Oral History Interviews

Interviews that offer unique insights into the lives, works, and personalities of modern scientists

Albrecht Unsöld discusses his recollections of the end of World War II.

Oral history audio excerpt

Albrecht Unsöld discusses his recollections of the end of World War II.

Unsöld:

No, work with students could begin only after the war. My official position during most of the war-time was that of a meteorologist in the Air Force mostly in the Kiel airport, for some-time also in the neighboring airport of Travemünde. And then, before the war was to end but at a time when it was clear, at least to intelligent people, what the end might be, I had managed to join a group which was headed by Kiepenheuer, and which should have made important discoveries in high frequency techniques and such things. Following very nebulous ideas of some military people such work should enable Hitler to win the war, when in reality it was completely lost! You see, Hitler, when the French campaign was at ·an end, completely forbade to do any research work on high frequency, on centimeter waves, because — he said now the war was practically over and we needed no new discoveries. Soon the submarine war was practically lost due to the British radar detection.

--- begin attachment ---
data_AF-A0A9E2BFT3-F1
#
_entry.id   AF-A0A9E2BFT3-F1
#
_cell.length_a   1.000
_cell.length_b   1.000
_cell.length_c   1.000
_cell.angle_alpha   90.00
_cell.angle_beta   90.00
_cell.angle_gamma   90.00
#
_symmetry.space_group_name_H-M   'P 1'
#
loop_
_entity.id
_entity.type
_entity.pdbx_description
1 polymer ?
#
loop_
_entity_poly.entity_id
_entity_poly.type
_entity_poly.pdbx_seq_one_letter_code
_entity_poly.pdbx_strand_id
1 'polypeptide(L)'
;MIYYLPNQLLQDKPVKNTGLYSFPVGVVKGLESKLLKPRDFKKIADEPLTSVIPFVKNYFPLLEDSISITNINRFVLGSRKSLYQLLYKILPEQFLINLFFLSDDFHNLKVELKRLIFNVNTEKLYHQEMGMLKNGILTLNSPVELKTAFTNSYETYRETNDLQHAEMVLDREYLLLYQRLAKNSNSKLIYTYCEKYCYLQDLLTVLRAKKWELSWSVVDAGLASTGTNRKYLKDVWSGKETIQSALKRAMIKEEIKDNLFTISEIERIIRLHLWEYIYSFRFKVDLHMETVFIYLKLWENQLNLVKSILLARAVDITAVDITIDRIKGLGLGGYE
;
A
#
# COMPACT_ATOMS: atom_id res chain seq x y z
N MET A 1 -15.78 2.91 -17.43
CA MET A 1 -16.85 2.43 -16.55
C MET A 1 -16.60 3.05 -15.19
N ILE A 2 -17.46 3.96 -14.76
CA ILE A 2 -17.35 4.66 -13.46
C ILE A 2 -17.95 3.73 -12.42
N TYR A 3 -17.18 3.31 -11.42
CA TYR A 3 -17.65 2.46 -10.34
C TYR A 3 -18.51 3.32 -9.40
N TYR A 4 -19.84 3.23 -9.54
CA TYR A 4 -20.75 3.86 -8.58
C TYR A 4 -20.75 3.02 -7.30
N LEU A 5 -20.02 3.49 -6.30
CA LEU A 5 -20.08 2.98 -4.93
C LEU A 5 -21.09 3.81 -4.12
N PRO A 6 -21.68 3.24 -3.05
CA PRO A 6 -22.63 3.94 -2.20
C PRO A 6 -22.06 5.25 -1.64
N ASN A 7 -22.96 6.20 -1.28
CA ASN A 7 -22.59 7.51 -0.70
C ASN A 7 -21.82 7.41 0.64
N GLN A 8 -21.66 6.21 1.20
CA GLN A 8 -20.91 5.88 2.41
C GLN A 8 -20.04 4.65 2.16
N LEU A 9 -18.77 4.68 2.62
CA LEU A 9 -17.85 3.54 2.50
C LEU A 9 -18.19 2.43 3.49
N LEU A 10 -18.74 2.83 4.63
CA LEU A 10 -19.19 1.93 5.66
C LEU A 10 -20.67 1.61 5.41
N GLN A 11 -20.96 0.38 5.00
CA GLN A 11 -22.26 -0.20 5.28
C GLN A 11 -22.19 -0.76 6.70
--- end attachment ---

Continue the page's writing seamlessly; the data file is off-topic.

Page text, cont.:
Then, Hitler ordered furiously that all available people should work on high frequency techniques, and overtake the British. It was perfectly clear, that Hitler understood about physics and electronics as much as a fly.

But I used this in a somewhat better way, to get out of the air force, and into a position where I could work for myself, and I did "very secret things," "very important things for winning the war," but in reality I worked on the solar spectrum and Tau Scorpii and such things. Anyhow no one would have understood what that was!

Now, towards the end of the war Kiel, where I had lived so far, was destroyed to about 85 percent. My house had burned down. The Institute had burned down. The observatory was evacuated. It was a very complicated kind of life.